We might worry that it becomes rational for a backup proposer to eagerly create and broadcast backup proposals at the start of any selected slot rather than waiting to see if a backup is actually needed. This primarily hurts the network in terms of bandwidth – ~1+ TARGET_BACKUPS_PER_SLOT blocks per slot instead of 1 --, but due to the modifications of the fork choice, does not induce a higher degree of forking when the leader is live.

Additional constraints on in the gossipsub beacon_block topic can be added to ensure that early backup blocks (before 1/6 slot time) are not propagated and if a leader block is seen, are totally dropped. With the majority of the network following such a propagation rule, then in the normal case when the leader is live and latency is low, even if backup proposers attempt to disseminate blocks, they will be dropped within a hop or two.

### Attacker backup proposers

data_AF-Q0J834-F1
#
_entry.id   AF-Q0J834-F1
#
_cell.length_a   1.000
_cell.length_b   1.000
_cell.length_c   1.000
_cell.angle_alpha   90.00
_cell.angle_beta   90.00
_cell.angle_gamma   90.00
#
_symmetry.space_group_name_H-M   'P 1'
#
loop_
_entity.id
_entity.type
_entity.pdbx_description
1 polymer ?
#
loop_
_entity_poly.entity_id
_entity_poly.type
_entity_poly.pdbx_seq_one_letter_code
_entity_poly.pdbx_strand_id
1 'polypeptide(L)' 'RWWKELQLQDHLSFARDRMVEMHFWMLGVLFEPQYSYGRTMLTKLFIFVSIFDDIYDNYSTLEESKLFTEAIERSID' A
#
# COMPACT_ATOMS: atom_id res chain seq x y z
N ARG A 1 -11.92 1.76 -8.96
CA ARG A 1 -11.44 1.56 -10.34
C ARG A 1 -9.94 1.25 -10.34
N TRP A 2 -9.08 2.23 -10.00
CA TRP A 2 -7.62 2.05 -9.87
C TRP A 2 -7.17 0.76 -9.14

We might worry that it becomes rational for a backup proposer to attack the leader to increase the backup proposer’s chance for inclusion in the canonical chain.

Creating this additional attack vector/incentive internal to the validator is a legitimate concern. Without SPBE, the set that wants to disrupt proposer liveness is generally limited to outside attackers, whereas SPBE creates a new intra-validator incentive to analyze.

A few things to note

1. This type of attack on SPBE degrages to a live chain, which is nice.
2. The incentive to perform such an attack is arguably low because the chances of actually getting the backup proposal are a fraction of TARGET_BACKUPS_PER_SLOT so in expecation this is only worth some fraction of already relatively small (compared to attesation duties) block reward